Zim promises to address trade impediments

Botswana Zim meeting at Maun
Botswana Zim meeting at Maun

MAUN: At a recent business forum, participating businesspeople instantly took the Minister of Trade and Industry, Minister Mmusi Kgafela, to his word and extracted concessions from Botswana and Zimbabwean authorities.

The Botswana Trade and Investment Centre (BITC) and ZimTrade had jointly organised a business forum on the sidelines of the week-long fourth session of the Botswana/Zimbabwe Bi-National Commission (BNC) held in Maun recently. At that forum, Kgafela had implored the business forum participants “to interact, exchange and share ideas openly, identify any bottlenecks that are impediments to trade and highlight that to both BITC and ZimTrade to ensure that they are taken through the right channels to ease doing business on both countries.” The one-day business forum was also attended by Zimbabwe’s Minister of Foreign Affairs and International Trade, Frederick Shava. The CEOs of BITC, Kelothusitse Olebile and Allan Majura of ZimTrade, senior officials of the Botswana Unified Revenue Service (BURS)’s Lempheditse Odumetse and Zimbabwe Revenue Authority (ZIMRA)’s Bekezela Majokojoko, as well as Botswana and Zimbabwe businesspeople.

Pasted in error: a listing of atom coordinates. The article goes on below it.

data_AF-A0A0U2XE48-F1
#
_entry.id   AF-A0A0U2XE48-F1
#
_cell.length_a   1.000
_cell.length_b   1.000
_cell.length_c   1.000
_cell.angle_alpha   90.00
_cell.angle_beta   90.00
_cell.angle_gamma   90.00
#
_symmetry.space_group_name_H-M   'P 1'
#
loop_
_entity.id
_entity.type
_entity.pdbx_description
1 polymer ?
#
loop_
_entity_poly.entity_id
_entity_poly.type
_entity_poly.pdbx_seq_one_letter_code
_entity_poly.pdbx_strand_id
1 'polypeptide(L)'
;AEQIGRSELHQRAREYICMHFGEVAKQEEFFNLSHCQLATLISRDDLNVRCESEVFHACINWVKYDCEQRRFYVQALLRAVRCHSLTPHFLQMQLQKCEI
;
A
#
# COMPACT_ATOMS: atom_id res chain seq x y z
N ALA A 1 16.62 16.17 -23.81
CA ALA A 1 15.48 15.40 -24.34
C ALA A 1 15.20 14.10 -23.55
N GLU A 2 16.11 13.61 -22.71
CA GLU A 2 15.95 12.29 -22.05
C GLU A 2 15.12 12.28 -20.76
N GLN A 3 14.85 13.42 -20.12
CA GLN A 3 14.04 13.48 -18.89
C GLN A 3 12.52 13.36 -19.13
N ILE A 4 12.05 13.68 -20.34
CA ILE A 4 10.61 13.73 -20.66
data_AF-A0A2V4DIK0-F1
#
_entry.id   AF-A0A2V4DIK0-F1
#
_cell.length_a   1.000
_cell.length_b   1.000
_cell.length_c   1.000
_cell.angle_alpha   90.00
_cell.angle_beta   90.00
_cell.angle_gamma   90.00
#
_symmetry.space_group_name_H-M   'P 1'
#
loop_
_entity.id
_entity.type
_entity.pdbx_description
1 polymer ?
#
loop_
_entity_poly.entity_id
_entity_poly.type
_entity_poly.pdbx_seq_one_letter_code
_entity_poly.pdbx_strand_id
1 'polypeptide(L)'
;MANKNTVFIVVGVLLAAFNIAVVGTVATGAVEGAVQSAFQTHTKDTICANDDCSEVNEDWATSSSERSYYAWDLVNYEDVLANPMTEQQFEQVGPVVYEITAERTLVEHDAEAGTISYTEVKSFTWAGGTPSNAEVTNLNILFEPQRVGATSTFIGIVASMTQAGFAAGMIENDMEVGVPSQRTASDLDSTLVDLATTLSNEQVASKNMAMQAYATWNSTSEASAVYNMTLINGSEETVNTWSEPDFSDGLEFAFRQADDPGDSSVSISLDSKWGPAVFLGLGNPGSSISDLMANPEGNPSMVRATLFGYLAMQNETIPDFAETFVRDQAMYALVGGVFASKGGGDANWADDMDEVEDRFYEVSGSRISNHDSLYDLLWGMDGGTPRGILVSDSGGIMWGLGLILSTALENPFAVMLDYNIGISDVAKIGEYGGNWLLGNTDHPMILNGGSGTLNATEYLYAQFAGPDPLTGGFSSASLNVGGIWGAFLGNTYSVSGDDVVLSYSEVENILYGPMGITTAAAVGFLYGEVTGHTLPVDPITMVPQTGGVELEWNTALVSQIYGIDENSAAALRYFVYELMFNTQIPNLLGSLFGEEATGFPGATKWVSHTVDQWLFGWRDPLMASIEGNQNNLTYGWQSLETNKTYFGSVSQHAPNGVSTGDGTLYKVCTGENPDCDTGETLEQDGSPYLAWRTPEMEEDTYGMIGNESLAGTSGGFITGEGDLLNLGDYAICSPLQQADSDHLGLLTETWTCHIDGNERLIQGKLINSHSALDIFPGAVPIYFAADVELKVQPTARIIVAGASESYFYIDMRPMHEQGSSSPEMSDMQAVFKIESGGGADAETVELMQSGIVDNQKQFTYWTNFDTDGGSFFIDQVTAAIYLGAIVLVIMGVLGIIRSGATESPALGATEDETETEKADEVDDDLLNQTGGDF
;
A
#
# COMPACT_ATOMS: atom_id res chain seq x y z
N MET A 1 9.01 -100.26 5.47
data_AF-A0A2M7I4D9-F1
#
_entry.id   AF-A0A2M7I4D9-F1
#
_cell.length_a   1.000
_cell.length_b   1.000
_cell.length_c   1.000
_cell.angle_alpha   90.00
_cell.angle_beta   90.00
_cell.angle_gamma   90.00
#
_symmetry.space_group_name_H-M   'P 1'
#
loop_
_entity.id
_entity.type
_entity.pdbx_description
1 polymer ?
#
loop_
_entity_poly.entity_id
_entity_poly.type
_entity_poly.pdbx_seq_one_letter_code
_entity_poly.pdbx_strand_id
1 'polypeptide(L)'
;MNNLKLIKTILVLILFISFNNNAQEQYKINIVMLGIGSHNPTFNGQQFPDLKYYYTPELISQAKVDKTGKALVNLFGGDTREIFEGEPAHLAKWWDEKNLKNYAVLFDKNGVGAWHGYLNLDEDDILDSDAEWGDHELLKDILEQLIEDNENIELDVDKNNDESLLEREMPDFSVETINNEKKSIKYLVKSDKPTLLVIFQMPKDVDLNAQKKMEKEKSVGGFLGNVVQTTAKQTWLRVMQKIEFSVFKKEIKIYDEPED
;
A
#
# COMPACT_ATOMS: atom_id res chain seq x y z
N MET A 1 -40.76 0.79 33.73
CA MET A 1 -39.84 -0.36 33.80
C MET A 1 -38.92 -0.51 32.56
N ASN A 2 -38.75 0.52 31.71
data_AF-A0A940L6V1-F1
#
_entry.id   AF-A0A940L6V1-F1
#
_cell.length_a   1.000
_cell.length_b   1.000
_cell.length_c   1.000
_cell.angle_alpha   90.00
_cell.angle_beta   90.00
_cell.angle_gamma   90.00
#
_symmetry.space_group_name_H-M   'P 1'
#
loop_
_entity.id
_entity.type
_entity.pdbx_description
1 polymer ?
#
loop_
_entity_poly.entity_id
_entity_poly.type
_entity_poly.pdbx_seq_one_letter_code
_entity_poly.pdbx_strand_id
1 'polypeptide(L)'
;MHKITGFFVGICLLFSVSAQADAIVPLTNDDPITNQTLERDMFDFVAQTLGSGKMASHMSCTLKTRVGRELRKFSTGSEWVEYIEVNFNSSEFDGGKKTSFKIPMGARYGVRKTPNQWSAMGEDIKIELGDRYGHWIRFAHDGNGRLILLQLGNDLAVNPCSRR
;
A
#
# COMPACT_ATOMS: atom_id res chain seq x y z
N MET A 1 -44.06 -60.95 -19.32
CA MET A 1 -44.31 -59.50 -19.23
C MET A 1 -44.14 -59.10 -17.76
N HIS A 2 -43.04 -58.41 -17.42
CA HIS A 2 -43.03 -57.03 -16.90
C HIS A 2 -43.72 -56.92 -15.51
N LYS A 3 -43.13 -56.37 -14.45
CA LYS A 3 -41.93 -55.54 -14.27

The director of a Maun-based boat manufacturing company, Aliboats, Rod Bateman brought to the attention of the authorities the near-impossible compliance requirement under a newly-introduced Zimbabwean regulation governing the entry of trailers into that country. Under the new law, exporters into Zimbabwe need to have a trailer verification certificate issued by Bureau Veritas - a testing and inspection company. Bateman explained that his frustration stems from the fact that Bureau Veritas does not have an office in Botswana and had told him that they have no intention of opening one any time soon. Even more frustrating for the Maun boat builder is that the company recently got its first bulk order of 26 boats from an exclusive agent in Zimbabwe. And the company has recently expanded its Maun workshop to accommodate that order. The Zimbabwean market is an important one for Aliboats, which sells boats all over Africa and far-afield. Bateman noted that his company has tried unsuccessfully for many years to enter the Zimbabwean market, which then had a vibrant world-class fibre-glass boat manufacturing sector. Aliboats specialises in aluminium boats.

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